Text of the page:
Posted by Sam Fenny - Memes and headline comments by David Icke Posted on 13 June 2024

Going cashless leads people to spend more money

In an increasingly digital world, cash is becoming a relic of the past. With the rise of credit cards, mobile wallets, and Buy-Now-Pay-Later schemes, more and more consumers are ditching dollar bills for the convenience of cashless payments. However, this shift isn’t just about convenience – it may also be influencing how much we spend. A recent study sheds new light on the “cashless effect,” revealing that consumers tend to spend more when using digital payment methods compared to cash.

The findings, published in the Journal of Retailing, offer critical insights for retailers, policymakers, and consumers navigating our increasingly cashless society. Overall, going digital and no longer handing out physical currency leads to consumers spending more money than they would using cash. Interestingly, ditching cash isn’t great for everyone — especially service workers who rely on tips.

“Against our expectations, we found that cashless payments do not necessarily lead to greater tips or donations, in comparison to cash,” says University of Adelaide PhD Student Lachlan Schomburgk in a media release.

“This indicates that traditional cash-based ways of collecting money, such as tipping jars and spiral wishing wells, are just as effective as cashless point-of-sale terminals to collect tips or donations.”

To unravel the complex relationship between payment methods and spending behavior, a team of researchers conducted an extensive meta-analysis, compiling data from 71 studies spanning over four decades. By synthesizing the results of these studies, which included data from over 11,000 participants and 338,000 transactions across 17 countries, the researchers were able to identify clear patterns and moderating factors in the cashless effect.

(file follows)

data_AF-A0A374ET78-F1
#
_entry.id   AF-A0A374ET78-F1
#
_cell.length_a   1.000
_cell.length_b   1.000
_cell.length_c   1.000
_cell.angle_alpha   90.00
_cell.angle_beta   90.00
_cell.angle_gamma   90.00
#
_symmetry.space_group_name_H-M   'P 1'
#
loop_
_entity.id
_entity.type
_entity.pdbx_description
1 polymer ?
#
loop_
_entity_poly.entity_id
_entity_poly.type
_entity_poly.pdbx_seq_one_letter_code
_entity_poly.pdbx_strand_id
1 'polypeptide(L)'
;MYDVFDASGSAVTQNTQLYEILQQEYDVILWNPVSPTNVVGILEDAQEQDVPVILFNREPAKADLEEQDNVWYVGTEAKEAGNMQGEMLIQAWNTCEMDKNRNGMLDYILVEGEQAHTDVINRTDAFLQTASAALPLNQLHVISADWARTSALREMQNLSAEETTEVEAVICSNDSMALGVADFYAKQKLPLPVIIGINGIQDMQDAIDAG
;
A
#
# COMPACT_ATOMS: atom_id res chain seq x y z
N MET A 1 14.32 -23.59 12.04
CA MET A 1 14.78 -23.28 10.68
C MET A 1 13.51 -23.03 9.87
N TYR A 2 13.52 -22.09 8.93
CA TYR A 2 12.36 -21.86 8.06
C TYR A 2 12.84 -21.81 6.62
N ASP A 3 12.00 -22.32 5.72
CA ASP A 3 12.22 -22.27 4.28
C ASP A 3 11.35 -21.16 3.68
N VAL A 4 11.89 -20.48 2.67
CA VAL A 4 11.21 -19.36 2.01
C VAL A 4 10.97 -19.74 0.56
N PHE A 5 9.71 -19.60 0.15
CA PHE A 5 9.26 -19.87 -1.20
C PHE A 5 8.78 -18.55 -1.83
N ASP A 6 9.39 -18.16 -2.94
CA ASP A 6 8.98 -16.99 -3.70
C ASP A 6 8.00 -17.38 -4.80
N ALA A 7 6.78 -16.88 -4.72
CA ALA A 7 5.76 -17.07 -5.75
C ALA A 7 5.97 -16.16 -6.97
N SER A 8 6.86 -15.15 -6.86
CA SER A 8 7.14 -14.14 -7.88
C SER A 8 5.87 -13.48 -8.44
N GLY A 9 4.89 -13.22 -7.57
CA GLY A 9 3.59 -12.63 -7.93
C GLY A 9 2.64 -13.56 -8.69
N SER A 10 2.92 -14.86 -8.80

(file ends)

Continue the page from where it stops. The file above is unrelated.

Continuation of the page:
The meta-analysis looked at three key measures of spending: the total amount spent, the number of items purchased, and consumers’ willingness to pay. The researchers then examined how various factors, such as the specific features of cashless payment methods (e.g., credit cards vs. mobile payments), the type of purchase (e.g., hedonic vs. utilitarian), and broader economic conditions (e.g., GDP growth, inflation) influenced the magnitude of the cashless effect.

The meta-analysis revealed a small but significant cashless effect, confirming that consumers indeed spend more when using digital payment methods compared to cash. However, the size of this effect varied considerably depending on several key factors.

Surprisingly, the study found no evidence that specific features of cashless payment methods, such as the ability to delay payment (e.g., with credit cards) or the transparency of the payment process, significantly impacted spending. Instead, the type of purchase played a crucial role, with the cashless effect being particularly pronounced for “conspicuous consumption” — purchases used to signal wealth or status.

Broader economic conditions also influenced the cashless effect, with the effect being stronger during periods of economic growth (i.e., increasing GDP) but unaffected by inflation rates. Interestingly, the study also found that the cashless effect has weakened over time, suggesting that as consumers become more accustomed to digital payments, the psychological impact on spending may diminish.

“The transition towards a cashless society seems almost inevitable. I believe this research is crucial because it shines a light on an overlooked aspect of this transition: how payment methods influence our spending behavior. This understanding can help empower us to make more informed purchasing decisions,” Schomburgk says.

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